Iryna Ostapenko admits she was terrified at first of seeking refuge in a foreign country she didn't know.

She'd seen images of fellow Ukrainians who, following the Russian invasion a year ago, had crossed the border into Poland with nothing but backpacks on their shoulders.

Yes, they were at least somewhere where they would be safe, she said. But you could see from looking at them that they felt lost, and didn't know where to turn.

So when it came her turn to seek refuge, she was afraid.

But from the moment the 27-year-old was accepted on the UK's Homes for Ukraine scheme, those fears were allayed.

She knew where she would be going, she knew there would be a host family to look after her. "Everything was arranged!" she said.

Iryna, who taught English for business purposes in her home country, arrived in York last May to stay with a host family - mum, dad and teenaged daughter - in Acomb. And they have been 'amazing', Iryna says.

She misses her own parents, of course - mum and dad Liudmyla and Anatoliiy, who live near Kyiv, and sister Olha who, after initially fleeing to Slovakia, returned to Ukraine to be with her husband.

York Press:

But her hosts quickly became like a surrogate family.

"They gave me the feeling of family," she said. "We watched TV together, had dinner together, I cooked Ukrainian food for them."

Her surrogate 'mum', who works in HR, even managed to help her get a job, as an IT coordinator for a Leeds firms helping to develop telemedicine systems for Ukraine.

She has kept in touch with her hosts, even though she has now moved out of their home to a rented flat just five minutes way from them in Acomb.

She regularly goes to them for advice - and they have been able to explain to her some of the strange things that British people do - such as wrapping Christmas presents.

"Why does everyone in England wrap Christmas presents?" she asked. "And why, when someone says 'all right?' to you, are you not supposed to answer 'all right!'?"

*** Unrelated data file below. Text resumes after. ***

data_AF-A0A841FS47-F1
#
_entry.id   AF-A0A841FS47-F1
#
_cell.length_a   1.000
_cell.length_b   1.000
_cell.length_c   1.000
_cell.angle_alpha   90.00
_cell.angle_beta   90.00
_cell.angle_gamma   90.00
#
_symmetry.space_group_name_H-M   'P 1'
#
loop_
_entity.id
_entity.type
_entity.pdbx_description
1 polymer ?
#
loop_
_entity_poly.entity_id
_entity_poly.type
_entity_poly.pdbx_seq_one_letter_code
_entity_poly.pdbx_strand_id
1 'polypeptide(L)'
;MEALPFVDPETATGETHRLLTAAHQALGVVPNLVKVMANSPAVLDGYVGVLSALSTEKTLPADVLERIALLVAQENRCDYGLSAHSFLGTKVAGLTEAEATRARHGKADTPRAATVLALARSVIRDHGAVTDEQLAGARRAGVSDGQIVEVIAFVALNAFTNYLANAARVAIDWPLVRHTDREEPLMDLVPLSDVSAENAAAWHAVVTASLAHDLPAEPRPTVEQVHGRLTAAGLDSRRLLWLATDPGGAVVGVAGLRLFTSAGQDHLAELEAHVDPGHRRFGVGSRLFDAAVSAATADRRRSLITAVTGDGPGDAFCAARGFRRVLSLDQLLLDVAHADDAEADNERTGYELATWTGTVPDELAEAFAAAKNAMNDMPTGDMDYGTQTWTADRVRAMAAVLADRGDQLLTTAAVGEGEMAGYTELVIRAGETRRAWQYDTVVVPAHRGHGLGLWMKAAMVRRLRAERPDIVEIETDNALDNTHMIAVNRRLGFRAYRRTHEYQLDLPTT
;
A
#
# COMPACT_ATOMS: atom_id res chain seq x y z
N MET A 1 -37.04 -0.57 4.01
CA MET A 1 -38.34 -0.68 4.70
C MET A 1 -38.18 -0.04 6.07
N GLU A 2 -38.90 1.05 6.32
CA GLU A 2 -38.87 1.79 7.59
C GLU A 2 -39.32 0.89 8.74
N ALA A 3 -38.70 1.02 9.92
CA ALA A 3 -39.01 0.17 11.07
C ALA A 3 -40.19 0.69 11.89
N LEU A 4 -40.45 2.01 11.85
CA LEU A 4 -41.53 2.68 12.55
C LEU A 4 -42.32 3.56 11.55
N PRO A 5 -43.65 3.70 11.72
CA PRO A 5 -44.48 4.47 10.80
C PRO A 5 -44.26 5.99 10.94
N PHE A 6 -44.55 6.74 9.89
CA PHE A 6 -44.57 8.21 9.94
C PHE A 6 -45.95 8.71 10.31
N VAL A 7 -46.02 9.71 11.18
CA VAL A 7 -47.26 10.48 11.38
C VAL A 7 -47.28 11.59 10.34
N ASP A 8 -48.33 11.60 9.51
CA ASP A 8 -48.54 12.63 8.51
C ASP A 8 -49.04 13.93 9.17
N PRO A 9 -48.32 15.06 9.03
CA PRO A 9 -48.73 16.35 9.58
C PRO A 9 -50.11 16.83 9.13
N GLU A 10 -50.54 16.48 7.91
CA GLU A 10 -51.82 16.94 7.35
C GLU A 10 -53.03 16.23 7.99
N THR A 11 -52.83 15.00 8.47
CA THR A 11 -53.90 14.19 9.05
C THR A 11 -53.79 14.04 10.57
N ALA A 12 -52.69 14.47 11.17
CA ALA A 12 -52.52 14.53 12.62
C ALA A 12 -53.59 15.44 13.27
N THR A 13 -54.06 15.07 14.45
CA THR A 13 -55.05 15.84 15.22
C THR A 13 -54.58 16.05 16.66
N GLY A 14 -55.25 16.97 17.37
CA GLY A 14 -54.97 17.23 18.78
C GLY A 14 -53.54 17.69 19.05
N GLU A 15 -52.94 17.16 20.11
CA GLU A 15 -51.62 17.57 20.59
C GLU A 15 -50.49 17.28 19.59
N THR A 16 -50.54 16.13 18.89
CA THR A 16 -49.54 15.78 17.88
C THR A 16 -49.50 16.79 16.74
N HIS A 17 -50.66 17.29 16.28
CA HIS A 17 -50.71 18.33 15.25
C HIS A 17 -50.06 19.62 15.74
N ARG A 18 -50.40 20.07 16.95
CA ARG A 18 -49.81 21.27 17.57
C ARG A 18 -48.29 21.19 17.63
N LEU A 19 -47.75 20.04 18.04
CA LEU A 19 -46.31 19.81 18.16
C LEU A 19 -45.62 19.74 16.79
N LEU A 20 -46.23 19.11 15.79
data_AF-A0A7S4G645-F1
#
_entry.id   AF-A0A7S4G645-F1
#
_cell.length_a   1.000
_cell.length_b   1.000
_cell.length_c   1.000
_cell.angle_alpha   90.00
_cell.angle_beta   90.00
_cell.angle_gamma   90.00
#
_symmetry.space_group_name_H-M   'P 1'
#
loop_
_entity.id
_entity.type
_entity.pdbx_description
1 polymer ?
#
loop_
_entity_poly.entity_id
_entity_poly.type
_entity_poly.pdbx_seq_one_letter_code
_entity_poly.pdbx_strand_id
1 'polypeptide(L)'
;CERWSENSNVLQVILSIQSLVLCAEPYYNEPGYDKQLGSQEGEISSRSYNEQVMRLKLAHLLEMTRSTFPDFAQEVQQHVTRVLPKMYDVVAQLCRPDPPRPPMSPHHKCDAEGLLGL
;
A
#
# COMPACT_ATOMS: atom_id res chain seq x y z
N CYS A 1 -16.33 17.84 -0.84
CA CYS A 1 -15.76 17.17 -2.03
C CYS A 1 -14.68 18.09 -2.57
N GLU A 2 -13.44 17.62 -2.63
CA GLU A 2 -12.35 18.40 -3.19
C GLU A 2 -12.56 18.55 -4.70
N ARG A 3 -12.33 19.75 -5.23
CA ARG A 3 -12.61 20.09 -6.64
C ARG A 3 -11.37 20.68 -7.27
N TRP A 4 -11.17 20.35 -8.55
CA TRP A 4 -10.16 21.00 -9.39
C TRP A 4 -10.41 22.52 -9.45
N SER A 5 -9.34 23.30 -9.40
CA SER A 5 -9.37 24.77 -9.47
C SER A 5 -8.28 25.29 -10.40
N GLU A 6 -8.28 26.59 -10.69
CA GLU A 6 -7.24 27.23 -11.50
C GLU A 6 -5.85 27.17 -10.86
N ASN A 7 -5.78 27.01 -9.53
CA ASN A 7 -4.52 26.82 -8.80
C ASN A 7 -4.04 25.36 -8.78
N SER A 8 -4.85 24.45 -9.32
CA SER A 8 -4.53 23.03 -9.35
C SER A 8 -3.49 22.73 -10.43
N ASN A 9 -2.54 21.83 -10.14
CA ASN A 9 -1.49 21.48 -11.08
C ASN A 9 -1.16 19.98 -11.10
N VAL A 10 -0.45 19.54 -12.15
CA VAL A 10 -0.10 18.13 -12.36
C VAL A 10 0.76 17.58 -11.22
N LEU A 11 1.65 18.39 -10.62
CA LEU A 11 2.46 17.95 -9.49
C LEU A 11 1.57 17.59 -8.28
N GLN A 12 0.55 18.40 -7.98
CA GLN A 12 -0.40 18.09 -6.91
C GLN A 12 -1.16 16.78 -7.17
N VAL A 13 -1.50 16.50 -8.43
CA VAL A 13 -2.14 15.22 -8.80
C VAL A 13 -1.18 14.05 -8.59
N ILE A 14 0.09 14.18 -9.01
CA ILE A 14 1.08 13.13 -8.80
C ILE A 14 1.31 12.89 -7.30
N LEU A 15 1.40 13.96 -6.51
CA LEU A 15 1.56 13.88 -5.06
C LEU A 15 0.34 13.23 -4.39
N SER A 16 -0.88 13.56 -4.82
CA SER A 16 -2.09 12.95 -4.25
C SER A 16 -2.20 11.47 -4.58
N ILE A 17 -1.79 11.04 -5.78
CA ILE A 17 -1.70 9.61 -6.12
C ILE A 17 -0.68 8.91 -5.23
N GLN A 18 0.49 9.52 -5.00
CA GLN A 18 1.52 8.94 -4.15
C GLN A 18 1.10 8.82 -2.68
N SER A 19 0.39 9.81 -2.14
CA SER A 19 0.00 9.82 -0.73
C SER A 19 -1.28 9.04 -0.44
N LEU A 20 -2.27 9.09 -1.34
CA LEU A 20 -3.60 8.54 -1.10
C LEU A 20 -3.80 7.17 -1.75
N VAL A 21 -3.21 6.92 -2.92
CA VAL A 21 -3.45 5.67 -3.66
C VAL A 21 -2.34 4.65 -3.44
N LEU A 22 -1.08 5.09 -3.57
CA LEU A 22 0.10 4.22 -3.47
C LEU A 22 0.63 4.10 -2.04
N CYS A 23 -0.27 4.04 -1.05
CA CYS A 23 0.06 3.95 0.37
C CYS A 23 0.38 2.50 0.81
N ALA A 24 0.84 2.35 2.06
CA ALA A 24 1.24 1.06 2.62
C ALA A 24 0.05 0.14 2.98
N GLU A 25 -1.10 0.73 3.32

Iryna, who first fled to Slovakia with her sister before coming to the UK when her sister returned to Ukraine, cannot speak too highly of the way the British people have supported her and her fellow Ukrainians.

Countries bordering Ukraine such as Poland had little choice but to accept refugees, she says. "The UK didn't have to do anything - but they did! And Boris Johnson was the first (foreign leader) to come to Ukraine. I am so grateful to the British people!"

York Press: Party girl: Iryna, centre, with friends before the Russian invasionParty girl: Iryna, centre, with friends before the Russian invasion (Image: Iryna Ostapenko)

She said she ultimately hopes to return to her home country - she doesn't want to be part of a 'brain drain'. "I want to go back to Ukraine, to work in medicine, to develop something."

But, with all the talk of a Russian 'spring offensive' around the time of the anniversary of the invasion, she doesn't know when that will be.

She can barely contain her fury at what Russia has done.

"There are good people in Russia, in our heads we understand that," she said. "But we cannot accept it in our hearts. It was not Putin who raped children or killed innocent people. It was just people from Russia. We hate them all with our hearts."